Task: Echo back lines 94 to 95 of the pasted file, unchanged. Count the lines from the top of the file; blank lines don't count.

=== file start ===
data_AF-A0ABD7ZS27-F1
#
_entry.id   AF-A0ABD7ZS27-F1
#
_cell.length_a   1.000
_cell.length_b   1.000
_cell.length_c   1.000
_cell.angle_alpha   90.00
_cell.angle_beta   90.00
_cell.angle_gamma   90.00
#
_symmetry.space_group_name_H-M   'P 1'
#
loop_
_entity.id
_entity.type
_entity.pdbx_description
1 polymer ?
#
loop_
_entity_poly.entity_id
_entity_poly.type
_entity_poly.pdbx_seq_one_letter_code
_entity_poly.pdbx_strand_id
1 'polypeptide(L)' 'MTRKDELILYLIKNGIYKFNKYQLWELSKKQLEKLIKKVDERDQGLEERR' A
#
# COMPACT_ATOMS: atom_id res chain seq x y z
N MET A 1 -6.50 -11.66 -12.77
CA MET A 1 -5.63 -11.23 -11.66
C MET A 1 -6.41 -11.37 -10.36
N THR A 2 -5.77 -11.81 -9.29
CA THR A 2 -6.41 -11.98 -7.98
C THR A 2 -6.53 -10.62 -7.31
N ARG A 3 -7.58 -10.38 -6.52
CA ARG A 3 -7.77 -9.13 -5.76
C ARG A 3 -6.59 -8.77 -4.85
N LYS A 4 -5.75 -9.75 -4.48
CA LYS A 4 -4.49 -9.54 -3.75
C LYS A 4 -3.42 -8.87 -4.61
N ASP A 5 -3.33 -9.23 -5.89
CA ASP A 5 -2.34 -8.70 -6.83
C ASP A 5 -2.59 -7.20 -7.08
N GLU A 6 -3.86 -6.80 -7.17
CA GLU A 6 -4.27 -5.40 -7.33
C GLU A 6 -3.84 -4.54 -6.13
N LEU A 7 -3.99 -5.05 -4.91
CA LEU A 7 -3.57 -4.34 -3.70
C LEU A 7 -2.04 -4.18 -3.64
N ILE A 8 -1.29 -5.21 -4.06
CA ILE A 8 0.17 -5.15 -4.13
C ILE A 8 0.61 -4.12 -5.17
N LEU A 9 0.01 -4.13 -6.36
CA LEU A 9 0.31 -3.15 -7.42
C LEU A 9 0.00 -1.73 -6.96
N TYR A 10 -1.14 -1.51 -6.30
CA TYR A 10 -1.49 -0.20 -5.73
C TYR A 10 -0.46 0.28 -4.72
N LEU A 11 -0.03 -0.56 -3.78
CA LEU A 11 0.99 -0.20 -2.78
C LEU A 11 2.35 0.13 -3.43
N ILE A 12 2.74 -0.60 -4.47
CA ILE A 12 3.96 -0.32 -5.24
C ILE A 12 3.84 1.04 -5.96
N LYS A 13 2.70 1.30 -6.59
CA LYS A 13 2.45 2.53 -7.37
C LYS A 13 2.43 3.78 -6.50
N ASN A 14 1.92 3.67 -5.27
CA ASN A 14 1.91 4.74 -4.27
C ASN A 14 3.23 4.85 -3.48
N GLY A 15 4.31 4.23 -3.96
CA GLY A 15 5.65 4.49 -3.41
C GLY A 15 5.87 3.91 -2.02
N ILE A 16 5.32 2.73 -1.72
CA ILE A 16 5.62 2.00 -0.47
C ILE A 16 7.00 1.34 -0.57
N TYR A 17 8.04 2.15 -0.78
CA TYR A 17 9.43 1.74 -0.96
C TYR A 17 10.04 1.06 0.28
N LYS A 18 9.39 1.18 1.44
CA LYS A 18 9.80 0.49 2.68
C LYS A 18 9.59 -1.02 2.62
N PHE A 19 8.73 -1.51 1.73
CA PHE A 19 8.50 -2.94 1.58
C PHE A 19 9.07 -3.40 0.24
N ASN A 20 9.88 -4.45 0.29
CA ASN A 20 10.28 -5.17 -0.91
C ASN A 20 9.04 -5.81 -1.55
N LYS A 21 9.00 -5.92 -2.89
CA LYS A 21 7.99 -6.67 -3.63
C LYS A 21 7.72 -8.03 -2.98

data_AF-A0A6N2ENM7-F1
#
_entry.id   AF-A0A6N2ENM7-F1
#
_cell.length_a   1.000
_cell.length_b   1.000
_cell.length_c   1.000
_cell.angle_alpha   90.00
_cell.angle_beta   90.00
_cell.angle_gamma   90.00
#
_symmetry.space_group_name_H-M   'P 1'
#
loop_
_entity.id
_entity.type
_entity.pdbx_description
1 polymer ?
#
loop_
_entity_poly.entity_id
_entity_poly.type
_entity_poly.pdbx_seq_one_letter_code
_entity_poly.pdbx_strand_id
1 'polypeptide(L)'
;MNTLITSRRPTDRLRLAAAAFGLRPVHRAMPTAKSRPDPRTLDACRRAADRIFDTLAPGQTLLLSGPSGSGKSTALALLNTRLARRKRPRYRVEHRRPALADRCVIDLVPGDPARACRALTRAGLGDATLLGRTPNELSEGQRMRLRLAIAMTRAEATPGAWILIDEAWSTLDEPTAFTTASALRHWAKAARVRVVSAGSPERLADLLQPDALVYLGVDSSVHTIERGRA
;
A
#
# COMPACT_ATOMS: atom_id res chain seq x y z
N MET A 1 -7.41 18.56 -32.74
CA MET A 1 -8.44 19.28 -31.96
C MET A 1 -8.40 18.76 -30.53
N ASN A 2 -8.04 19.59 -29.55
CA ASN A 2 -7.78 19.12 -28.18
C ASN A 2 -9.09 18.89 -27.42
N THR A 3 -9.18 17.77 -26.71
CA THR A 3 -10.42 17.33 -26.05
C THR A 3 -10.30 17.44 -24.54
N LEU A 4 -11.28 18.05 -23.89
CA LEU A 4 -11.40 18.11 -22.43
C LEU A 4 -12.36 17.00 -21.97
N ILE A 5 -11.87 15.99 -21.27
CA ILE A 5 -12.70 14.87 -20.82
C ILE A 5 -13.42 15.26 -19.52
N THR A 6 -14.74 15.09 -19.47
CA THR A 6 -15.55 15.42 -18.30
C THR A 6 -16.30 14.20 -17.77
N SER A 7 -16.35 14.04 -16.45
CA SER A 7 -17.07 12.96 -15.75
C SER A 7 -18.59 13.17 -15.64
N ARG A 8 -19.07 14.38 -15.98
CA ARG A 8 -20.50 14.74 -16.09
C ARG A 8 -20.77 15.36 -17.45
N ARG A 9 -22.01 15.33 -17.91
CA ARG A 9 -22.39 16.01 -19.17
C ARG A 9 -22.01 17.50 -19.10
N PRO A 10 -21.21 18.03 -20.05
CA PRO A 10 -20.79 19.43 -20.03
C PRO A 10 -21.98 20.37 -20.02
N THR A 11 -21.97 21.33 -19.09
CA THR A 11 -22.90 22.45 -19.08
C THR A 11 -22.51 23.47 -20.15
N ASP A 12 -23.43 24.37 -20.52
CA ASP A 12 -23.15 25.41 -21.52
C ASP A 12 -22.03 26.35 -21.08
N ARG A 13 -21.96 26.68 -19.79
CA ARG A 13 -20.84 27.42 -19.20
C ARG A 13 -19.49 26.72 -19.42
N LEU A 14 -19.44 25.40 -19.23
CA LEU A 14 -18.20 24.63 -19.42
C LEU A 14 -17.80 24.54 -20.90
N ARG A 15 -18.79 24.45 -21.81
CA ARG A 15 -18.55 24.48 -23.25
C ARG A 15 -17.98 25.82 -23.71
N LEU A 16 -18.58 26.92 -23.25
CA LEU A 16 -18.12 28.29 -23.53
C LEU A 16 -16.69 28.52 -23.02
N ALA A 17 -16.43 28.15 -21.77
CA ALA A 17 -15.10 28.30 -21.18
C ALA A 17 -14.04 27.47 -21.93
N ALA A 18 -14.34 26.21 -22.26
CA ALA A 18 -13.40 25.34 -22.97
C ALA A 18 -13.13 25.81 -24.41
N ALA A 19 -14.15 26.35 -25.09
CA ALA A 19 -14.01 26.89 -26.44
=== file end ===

#
_cell.length_a   1.000